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Jackson Retiring


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  • Jackson Retiring

    Does anyone have any ideas on how Chief Jackson's retirement will affect chances for academy classes? Since he was a huge supporter of hiring more officers I wondered if this would be the final nail for classes in 2009?

    "Police Chief Jackson announces retirement
    Defamation lawsuit is settled
    Friday, October 3, 2008 2:08 PM
    Updated: Friday, October 3, 2008 05:28 PM
    By John Futty

    Police Chief James G. Jackson has agreed to settle his longstanding defamation lawsuit against the city and retire in early 2009 after 51 years in the division.

    Mayor Michael B. Coleman and Jackson released a joint statement announcing the settlement and retirement this afternoon.

    "It has given me great pride to watch our officers perform their duties with integrity, courage, compassion and a sense of duty," Jackson said in the statement."
    Full Story:

  • #2
    I heard Mayor Coleman is naming the academy after Chief Jackson. Why? Hmmm, give it your best guess. I think it will take the department years to recover from his dinosaur policing policies. I know the internal fighting will begin for the next Chief. Let the rumors begin. Will it be the other high ranking dinosaur, no maybe a female, no a black? It should be fun to watch. Personally, I'd like to see an outsider be appointed, with a new look, fresh ideas, with no attachment to any past CPD 'good old boy' kissing up to brass. Yes, Chief Jackson did support more officers for the department, but maybe the financial situation will dictate whether a new class will start soon.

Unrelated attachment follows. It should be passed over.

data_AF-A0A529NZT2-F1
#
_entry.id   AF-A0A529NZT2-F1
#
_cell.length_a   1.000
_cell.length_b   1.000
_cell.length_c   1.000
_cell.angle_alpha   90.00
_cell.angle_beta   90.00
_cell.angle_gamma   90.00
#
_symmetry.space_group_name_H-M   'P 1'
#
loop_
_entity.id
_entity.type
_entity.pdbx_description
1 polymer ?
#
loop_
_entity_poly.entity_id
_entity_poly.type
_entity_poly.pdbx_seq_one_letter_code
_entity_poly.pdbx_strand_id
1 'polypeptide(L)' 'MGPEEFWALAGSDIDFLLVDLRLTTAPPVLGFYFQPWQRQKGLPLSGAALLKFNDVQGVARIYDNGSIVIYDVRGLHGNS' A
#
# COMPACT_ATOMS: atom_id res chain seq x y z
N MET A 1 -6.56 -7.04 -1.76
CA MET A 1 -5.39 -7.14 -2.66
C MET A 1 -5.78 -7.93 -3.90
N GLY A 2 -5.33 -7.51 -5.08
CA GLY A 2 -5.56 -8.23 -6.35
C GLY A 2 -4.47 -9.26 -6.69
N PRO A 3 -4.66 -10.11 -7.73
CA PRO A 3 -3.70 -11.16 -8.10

The views/opinions expressed here are solely mine. I'm retired and I don't care. I truly do not want to offend anyone, but if you are thin skinned and have no sense of humor, you better find another line of work. Therefore, I don't have to be politically correct and I will exercise my freedom of speech, until it's taken away. May God bless all retirees. We've done our duty and earned our peace.


    • #3
      part of jacksons deal to retire was that they would name a training facility after him.

      Should be interesting to see who gets appointed by Coleman as Chief.


      • #4
        I dont know what to think about Chief Jackson retiring. Some say it is a good thing others say its only going to make things worse. I did like the fact that Jackson would fight for more classes and better equipment through funding. However I dont know that anything will make a difference until Mayor Coleman proposes his budget for '09. It will be interesting to see who is appointed and what changes are made if any. For those CPD officers on here I am curious to what you opinion is on who will be the next Chief and how it will effect the department?

        ......Stay safe!!!


        • #5
          Originally posted by CPD7297 View Post
          Personally, I'd like to see an outsider be appointed, with a new look, fresh ideas, with no attachment to any past CPD 'good old boy' kissing up to brass.
          i believe i read in the dispatch in one of the recent articles about him retireing is that the chief has to be appointed from within the dept. by city charter.


          • #6
            I'm sure they'll appoint a guy from inside to be acting chief. They'd be smart to do a nationwide search. A lot of good people out there.
            -Stay safe


            • #7
              The city charter approved in 1999 requires the new chief be hired from within the dept. and it must be a deputy chief or commander with certain requirements for years in that position. Here's an article from the Dispatch.
              __________________________________________________ _____________


              Retirement-delay option might limit police chief candidate pool
              Friday, October 10, 2008 11:21 PM
              By John Futty

              A deferred-retirement plan created to keep police officers and firefighters working longer could eliminate some of the most experienced candidates for the job of Columbus police chief.